this thing's incredible

My Everyday (and I Do Mean Every Day) Ankle Boots Are Actually Intended for Horseback Riders

The author in her Ariat boots. Photo: Mehera Bonner

A few years ago, one of my best friends and I were both in need of new black boots. We had the same qualifications: leather, lace-up, low heel. Works with tights; can be worn with anything. You probably have some in your closet right now. Everyone I know does.

I decided to splurge on a pair of Thursday Boots (these in black), which I’d been eyeing for a while, thanks to some alarmingly successful targeted ads on Instagram. My friend — who tends to prioritize functionality over style — purchased the Ariat Scout Paddock Boots for $99. I thought my boots were, frankly, better. The price of hers was surely too low to be good quality, and I wasn’t crazy about the embossed logo. Plus, her pair’s rubber sole has a kind of a utilitarian sensibility that I didn’t love (probably because they are utilitarian — I later learned that this sole has “rider-tested traction zones” to improve performance for riders when they’re “in the irons,” or have their feet in horse stirrups).

After a winter and a half and many in-between seasons, I can still wear my boots … but barely. The heel is missing at least half an inch — any day now, I’ll have worn through the sole — while my friend’s Ariats are pristine. The leather has aged beautifully (by that I mean hardly at all), and they somehow look even better now than they did when she bought them. It became clear that my pair would not last me to the end of the season; I had no choice but to buy the Ariats.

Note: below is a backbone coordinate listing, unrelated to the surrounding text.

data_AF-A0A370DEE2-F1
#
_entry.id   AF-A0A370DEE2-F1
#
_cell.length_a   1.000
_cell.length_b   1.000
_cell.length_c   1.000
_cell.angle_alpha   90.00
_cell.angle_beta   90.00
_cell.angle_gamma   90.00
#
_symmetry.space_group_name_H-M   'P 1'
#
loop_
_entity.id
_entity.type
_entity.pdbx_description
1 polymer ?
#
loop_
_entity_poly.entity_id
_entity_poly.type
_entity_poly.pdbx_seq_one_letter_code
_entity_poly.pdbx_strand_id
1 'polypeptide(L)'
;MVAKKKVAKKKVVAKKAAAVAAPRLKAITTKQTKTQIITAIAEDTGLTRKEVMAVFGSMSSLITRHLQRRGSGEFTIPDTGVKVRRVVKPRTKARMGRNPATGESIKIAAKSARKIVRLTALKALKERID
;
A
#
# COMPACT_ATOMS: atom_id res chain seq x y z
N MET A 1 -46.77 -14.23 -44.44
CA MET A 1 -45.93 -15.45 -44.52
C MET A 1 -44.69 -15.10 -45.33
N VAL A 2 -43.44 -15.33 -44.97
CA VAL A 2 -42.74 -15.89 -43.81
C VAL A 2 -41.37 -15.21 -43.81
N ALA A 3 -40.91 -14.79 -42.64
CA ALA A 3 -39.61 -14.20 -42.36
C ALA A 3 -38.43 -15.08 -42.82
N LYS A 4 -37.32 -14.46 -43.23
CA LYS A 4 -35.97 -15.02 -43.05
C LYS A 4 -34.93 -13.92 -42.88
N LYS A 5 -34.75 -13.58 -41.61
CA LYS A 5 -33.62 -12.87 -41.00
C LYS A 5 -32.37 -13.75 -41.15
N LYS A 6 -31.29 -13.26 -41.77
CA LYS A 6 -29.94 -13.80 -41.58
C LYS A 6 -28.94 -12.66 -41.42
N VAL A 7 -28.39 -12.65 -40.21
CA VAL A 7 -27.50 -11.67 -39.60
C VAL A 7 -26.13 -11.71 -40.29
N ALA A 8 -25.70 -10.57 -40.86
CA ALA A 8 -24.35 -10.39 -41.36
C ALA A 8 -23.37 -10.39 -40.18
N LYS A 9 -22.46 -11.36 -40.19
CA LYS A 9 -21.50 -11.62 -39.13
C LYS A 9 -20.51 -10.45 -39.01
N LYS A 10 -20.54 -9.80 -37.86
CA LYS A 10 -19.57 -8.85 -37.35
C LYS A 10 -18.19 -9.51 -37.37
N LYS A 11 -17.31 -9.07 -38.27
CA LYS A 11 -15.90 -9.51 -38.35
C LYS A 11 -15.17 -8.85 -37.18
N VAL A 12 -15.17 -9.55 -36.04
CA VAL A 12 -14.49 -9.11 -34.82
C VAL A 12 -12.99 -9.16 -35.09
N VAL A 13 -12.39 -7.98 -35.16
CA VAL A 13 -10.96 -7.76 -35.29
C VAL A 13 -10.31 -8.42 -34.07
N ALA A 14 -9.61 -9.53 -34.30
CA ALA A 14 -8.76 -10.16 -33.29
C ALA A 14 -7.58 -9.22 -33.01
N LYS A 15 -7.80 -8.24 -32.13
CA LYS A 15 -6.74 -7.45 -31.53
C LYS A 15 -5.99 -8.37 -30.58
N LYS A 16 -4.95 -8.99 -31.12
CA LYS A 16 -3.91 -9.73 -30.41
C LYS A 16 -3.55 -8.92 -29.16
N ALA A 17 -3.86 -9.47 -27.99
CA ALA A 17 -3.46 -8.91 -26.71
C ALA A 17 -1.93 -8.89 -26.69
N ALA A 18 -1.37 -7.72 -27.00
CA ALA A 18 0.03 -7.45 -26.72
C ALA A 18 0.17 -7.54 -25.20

I’ve now been wearing them daily for about two months, with no end in sight (partly because they look as good with dresses as they do with jeans). The heel simply does not wear down, even after miles of sidewalk walking — which is really no surprise, since they’re made to withstand use in a horse paddock. And while they’re intended for serious horse riders, they don’t look out of place on me, merely a casual rider of subways. Plus, they’re almost entirely waterproof and have something called a “moisture-wicking lining,” so I can wear them in the rain and snow without worrying about my socks getting wet. They’ll be the only shoes I reach for this spring, and I plan to test them out come summer because — as I said — they truly look good with everything.

My only regret is that I didn’t buy them two years ago.

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My Everyday Ankle Boots Are Intended for Horseback Riders